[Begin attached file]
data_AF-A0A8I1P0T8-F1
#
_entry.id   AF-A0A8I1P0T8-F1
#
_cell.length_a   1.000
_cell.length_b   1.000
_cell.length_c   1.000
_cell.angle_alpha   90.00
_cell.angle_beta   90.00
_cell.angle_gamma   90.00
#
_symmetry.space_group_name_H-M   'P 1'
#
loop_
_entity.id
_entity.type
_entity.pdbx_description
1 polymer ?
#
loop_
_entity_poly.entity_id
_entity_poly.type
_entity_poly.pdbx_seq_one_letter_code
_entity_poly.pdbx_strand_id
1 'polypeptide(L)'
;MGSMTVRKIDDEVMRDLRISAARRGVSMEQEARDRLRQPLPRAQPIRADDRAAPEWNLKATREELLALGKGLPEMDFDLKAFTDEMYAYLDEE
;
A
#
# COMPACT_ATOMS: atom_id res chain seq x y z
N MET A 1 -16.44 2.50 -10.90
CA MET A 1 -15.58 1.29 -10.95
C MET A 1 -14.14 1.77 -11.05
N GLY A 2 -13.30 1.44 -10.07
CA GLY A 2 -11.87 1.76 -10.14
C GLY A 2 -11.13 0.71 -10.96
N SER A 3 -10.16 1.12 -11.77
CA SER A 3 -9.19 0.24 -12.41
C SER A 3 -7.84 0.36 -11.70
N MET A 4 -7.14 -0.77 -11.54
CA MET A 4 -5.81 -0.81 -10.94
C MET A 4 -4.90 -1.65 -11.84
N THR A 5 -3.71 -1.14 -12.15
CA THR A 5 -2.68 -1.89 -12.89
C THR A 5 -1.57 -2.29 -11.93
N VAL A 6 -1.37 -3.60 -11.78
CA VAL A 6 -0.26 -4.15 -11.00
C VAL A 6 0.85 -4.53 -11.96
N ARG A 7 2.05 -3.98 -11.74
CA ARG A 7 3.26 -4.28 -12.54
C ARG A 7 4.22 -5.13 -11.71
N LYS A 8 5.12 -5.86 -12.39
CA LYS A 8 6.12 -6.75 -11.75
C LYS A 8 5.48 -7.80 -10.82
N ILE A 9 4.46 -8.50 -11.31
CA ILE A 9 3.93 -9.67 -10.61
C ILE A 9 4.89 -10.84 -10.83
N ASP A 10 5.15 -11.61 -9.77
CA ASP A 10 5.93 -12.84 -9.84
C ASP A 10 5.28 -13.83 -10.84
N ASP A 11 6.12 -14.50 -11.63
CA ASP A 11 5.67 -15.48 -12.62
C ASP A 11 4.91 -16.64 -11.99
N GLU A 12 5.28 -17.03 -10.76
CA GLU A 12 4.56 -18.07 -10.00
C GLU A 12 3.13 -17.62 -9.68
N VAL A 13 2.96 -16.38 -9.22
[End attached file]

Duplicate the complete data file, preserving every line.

data_AF-A0A8I1P0T8-F1
#
_entry.id   AF-A0A8I1P0T8-F1
#
_cell.length_a   1.000
_cell.length_b   1.000
_cell.length_c   1.000
_cell.angle_alpha   90.00
_cell.angle_beta   90.00
_cell.angle_gamma   90.00
#
_symmetry.space_group_name_H-M   'P 1'
#
loop_
_entity.id
_entity.type
_entity.pdbx_description
1 polymer ?
#
loop_
_entity_poly.entity_id
_entity_poly.type
_entity_poly.pdbx_seq_one_letter_code
_entity_poly.pdbx_strand_id
1 'polypeptide(L)'
;MGSMTVRKIDDEVMRDLRISAARRGVSMEQEARDRLRQPLPRAQPIRADDRAAPEWNLKATREELLALGKGLPEMDFDLKAFTDEMYAYLDEE
;
A
#
# COMPACT_ATOMS: atom_id res chain seq x y z
N MET A 1 -16.44 2.50 -10.90
CA MET A 1 -15.58 1.29 -10.95
C MET A 1 -14.14 1.77 -11.05
N GLY A 2 -13.30 1.44 -10.07
CA GLY A 2 -11.87 1.76 -10.14
C GLY A 2 -11.13 0.71 -10.96
N SER A 3 -10.16 1.12 -11.77
CA SER A 3 -9.19 0.24 -12.41
C SER A 3 -7.84 0.36 -11.70
N MET A 4 -7.14 -0.77 -11.54
CA MET A 4 -5.81 -0.81 -10.94
C MET A 4 -4.90 -1.65 -11.84
N THR A 5 -3.71 -1.14 -12.15
CA THR A 5 -2.68 -1.89 -12.89
C THR A 5 -1.57 -2.29 -11.93
N VAL A 6 -1.37 -3.60 -11.78
CA VAL A 6 -0.26 -4.15 -11.00
C VAL A 6 0.85 -4.53 -11.96
N ARG A 7 2.05 -3.98 -11.74
CA ARG A 7 3.26 -4.28 -12.54
C ARG A 7 4.22 -5.13 -11.71
N LYS A 8 5.12 -5.86 -12.39
CA LYS A 8 6.12 -6.75 -11.75
C LYS A 8 5.48 -7.80 -10.82
N ILE A 9 4.46 -8.50 -11.31
CA ILE A 9 3.93 -9.67 -10.61
C ILE A 9 4.89 -10.84 -10.83
N ASP A 10 5.15 -11.61 -9.77
CA ASP A 10 5.93 -12.84 -9.84
C ASP A 10 5.28 -13.83 -10.84
N ASP A 11 6.12 -14.50 -11.63
CA ASP A 11 5.67 -15.48 -12.62
C ASP A 11 4.91 -16.64 -11.99
N GLU A 12 5.28 -17.03 -10.76
CA GLU A 12 4.56 -18.07 -10.00
C GLU A 12 3.13 -17.62 -9.68
N VAL A 13 2.96 -16.38 -9.22